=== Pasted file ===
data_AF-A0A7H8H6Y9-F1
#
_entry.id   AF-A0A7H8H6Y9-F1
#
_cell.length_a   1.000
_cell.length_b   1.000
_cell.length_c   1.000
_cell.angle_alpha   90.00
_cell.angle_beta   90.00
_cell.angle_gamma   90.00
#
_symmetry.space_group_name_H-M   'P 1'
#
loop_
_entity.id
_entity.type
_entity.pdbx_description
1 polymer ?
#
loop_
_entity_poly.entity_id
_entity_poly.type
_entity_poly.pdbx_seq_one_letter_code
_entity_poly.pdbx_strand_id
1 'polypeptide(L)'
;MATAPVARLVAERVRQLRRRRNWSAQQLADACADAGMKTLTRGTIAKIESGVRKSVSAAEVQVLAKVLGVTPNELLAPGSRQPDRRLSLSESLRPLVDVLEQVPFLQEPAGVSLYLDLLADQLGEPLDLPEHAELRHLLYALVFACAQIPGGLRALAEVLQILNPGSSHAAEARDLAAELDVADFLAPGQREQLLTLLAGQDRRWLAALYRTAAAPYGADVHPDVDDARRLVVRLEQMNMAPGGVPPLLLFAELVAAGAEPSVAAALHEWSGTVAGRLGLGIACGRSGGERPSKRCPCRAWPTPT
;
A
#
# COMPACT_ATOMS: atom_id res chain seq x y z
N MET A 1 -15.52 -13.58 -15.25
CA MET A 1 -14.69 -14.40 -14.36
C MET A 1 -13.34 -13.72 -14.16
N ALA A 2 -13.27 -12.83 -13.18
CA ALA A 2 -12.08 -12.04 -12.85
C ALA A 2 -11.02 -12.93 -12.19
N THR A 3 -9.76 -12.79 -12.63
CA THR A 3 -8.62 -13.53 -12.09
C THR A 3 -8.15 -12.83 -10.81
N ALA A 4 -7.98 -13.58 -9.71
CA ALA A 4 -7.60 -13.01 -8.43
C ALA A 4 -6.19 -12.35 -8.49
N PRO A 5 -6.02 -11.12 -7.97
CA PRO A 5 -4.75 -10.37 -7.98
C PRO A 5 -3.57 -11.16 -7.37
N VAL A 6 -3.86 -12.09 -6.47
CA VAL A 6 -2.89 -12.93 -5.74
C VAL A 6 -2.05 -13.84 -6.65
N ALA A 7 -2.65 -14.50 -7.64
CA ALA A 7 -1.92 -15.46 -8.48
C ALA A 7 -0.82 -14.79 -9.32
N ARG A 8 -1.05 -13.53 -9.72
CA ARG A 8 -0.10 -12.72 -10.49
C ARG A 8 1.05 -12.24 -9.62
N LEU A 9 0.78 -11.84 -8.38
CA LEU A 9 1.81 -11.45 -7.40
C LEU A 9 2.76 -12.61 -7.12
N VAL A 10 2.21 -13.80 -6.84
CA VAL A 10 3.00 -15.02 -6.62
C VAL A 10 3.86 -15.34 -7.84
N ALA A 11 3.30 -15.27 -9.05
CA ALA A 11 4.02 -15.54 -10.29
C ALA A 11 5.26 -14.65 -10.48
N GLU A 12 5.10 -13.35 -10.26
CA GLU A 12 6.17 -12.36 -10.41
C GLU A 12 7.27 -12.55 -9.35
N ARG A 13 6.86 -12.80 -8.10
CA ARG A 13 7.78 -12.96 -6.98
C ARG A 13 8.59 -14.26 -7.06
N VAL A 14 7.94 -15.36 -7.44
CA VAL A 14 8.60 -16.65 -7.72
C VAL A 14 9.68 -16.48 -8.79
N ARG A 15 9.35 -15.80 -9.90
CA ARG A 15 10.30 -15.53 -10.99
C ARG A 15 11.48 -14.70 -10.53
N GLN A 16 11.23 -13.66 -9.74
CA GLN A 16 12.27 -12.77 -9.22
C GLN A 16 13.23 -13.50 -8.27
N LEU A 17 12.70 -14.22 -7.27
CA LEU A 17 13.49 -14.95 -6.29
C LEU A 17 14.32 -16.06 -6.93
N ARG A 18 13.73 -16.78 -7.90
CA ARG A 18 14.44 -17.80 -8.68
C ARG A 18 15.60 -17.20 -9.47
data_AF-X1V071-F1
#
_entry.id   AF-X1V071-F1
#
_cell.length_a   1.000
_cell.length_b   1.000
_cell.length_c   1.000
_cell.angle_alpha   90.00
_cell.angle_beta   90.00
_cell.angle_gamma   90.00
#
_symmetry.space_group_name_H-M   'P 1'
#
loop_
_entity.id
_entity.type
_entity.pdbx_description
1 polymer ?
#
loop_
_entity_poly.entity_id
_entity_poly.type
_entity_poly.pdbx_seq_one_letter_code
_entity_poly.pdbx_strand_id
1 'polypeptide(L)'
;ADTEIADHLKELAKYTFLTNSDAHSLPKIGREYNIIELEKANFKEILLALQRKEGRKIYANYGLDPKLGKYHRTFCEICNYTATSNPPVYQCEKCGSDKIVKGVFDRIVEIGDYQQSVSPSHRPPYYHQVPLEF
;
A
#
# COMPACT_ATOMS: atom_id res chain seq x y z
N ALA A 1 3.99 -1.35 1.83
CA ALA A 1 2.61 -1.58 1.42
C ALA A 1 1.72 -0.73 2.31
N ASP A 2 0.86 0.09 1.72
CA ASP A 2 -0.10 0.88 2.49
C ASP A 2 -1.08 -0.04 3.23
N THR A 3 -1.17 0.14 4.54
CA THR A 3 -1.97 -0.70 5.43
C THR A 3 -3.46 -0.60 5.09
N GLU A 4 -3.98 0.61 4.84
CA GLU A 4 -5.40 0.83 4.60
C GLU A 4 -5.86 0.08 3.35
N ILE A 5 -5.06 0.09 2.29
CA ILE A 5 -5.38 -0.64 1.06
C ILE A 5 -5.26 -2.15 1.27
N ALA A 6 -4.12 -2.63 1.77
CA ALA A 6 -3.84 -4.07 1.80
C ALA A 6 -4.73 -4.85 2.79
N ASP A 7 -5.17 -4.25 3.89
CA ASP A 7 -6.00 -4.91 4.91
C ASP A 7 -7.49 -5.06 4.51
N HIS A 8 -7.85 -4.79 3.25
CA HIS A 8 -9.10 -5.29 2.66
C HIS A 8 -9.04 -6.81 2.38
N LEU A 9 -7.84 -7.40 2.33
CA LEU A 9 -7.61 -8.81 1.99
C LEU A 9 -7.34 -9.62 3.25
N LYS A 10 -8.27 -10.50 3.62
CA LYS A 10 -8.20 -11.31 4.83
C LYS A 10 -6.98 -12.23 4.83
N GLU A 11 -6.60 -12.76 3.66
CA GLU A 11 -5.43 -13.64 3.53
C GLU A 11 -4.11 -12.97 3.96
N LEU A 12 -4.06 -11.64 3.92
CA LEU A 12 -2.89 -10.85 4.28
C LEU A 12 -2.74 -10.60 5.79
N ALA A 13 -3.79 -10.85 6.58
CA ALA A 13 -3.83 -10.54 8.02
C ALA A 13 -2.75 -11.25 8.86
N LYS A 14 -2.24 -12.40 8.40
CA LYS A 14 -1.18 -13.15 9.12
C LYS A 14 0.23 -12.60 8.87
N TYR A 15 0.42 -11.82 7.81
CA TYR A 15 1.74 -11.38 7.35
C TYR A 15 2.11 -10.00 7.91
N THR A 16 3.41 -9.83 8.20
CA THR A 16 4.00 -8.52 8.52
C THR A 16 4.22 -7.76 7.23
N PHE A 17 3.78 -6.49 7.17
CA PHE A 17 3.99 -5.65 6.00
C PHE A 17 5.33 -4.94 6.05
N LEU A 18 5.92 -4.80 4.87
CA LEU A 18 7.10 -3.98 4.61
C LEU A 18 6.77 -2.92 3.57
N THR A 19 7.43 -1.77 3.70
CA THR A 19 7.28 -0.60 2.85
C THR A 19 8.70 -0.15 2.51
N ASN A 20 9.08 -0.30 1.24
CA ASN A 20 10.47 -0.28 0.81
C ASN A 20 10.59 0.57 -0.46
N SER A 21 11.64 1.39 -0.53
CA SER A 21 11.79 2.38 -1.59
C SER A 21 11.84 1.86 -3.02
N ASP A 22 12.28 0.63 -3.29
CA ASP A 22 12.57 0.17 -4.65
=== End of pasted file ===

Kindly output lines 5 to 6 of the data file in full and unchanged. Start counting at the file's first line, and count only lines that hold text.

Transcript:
_cell.length_a   1.000
_cell.length_b   1.000